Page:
Taking NMN by subcutaneous injection or oral administration can improve the immune cells in mice that attack cancer and virus-infected cells.
As the average life expectancy of human beings increases, people’s poor health and age-related diseases last longer, resulting in significant economic and social costs. An important factor leading to age-related diseases and their progression is decreased immune function. Specifically, NK cells, which terminate cancer and virus-infected cells, become less effective. Currently, there is no remedy that can restore the function of NK cells during the aging process. Therefore, compounds that stimulate the activation of NK cells can prevent or slow down the progression of age-related diseases.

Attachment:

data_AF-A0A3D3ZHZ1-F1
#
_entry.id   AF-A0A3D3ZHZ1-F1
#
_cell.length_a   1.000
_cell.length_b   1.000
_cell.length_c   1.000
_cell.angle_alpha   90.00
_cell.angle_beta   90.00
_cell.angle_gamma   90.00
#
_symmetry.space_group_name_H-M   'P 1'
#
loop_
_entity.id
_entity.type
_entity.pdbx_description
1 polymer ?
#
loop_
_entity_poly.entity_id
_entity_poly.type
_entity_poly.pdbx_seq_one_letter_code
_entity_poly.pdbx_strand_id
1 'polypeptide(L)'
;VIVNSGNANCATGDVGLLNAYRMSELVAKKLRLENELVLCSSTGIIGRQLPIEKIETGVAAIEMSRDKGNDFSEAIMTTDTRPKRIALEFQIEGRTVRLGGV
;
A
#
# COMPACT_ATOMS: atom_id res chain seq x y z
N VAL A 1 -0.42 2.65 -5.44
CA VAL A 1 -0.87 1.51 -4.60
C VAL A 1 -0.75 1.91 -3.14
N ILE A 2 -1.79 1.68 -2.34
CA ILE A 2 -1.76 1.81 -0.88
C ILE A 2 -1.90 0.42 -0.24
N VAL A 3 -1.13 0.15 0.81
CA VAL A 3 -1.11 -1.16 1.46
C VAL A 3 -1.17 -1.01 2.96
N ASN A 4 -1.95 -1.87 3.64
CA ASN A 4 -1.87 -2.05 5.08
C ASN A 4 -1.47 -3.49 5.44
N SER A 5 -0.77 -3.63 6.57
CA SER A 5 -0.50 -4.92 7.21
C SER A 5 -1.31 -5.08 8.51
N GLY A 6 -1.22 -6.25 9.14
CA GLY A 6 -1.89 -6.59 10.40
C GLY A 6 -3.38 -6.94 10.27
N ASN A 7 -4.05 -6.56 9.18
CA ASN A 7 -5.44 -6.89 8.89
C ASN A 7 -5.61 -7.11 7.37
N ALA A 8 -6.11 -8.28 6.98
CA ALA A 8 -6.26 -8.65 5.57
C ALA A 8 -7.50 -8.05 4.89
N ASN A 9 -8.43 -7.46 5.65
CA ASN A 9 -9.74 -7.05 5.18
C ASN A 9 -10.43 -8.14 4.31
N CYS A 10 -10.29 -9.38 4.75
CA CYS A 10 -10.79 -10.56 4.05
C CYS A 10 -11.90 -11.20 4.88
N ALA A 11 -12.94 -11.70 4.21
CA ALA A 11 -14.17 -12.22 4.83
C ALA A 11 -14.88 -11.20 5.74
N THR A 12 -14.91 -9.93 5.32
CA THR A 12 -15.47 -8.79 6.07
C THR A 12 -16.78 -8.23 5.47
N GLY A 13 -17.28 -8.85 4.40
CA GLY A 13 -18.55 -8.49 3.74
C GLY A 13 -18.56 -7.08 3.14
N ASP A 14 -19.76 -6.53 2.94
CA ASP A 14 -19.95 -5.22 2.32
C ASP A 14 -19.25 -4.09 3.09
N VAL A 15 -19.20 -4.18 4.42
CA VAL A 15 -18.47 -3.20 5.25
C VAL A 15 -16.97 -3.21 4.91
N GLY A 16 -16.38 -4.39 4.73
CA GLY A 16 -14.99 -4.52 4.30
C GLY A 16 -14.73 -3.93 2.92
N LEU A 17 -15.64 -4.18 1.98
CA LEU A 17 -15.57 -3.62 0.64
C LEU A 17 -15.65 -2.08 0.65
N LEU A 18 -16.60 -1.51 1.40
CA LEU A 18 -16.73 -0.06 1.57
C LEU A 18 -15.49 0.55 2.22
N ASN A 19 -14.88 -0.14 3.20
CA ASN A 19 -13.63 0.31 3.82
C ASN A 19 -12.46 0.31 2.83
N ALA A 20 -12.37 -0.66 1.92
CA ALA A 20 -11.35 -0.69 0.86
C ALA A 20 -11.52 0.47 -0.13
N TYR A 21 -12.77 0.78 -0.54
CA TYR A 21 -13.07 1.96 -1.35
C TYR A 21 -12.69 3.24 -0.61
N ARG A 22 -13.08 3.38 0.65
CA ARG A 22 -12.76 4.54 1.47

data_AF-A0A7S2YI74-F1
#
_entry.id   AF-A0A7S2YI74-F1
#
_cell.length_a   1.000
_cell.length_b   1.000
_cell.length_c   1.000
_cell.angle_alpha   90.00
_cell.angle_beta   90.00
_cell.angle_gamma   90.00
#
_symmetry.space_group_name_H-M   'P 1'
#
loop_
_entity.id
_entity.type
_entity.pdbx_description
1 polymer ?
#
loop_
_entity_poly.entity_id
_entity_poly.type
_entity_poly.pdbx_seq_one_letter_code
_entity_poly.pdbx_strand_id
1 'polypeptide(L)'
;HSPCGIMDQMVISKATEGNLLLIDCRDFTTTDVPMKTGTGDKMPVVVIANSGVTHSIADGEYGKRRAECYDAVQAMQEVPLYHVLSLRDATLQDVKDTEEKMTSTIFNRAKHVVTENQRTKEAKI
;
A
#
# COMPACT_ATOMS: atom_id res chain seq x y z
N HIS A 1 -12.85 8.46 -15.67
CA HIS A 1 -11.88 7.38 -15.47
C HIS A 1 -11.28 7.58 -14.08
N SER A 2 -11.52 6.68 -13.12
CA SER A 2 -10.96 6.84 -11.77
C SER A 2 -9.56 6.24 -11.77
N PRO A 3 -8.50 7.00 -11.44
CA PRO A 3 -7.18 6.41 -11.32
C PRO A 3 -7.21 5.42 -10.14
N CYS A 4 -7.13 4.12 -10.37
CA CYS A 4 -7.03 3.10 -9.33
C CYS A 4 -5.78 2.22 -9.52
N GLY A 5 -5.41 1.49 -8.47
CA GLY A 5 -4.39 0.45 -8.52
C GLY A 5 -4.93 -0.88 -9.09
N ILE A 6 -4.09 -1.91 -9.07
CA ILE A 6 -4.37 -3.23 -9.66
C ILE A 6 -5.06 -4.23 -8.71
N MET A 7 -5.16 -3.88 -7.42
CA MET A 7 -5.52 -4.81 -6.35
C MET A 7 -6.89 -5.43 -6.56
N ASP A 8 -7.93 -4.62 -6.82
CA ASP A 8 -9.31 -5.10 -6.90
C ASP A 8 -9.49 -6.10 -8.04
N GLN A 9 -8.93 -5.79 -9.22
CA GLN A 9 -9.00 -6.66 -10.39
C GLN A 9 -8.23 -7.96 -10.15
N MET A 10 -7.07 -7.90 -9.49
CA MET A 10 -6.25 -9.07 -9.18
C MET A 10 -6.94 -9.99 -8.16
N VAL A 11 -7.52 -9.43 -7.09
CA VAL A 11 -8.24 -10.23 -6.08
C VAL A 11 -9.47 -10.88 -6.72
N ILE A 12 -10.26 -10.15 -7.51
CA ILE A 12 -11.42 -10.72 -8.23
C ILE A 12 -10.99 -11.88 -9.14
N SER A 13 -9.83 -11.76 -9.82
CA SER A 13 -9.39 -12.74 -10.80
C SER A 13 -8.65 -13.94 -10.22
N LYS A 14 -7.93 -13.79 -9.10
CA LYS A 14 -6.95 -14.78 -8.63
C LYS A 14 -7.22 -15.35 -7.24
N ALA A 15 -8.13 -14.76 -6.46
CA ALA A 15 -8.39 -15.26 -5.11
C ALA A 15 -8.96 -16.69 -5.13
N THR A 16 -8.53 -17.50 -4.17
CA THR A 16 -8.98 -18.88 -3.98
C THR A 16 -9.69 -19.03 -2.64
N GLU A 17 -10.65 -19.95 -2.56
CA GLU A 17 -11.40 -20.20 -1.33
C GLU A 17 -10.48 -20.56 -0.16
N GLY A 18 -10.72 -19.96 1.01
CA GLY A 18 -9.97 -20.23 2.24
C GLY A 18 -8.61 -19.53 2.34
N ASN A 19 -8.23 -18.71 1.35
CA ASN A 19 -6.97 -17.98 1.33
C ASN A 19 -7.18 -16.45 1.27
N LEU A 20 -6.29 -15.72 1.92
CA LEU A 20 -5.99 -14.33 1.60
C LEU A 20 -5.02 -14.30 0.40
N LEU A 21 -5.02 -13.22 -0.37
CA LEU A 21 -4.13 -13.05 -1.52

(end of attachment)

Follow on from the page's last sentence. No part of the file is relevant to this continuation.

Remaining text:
Many aspects of immunity will decline with age, and the function of NK immune cells is no exception.
As we age, the age-related deterioration of immune function is related to the level of a basic molecule called nicotinamide adenine dinucleotide (NAD+), which also declines with age. However, increasing the level of NAD+ has been shown to improve the immune function of mice.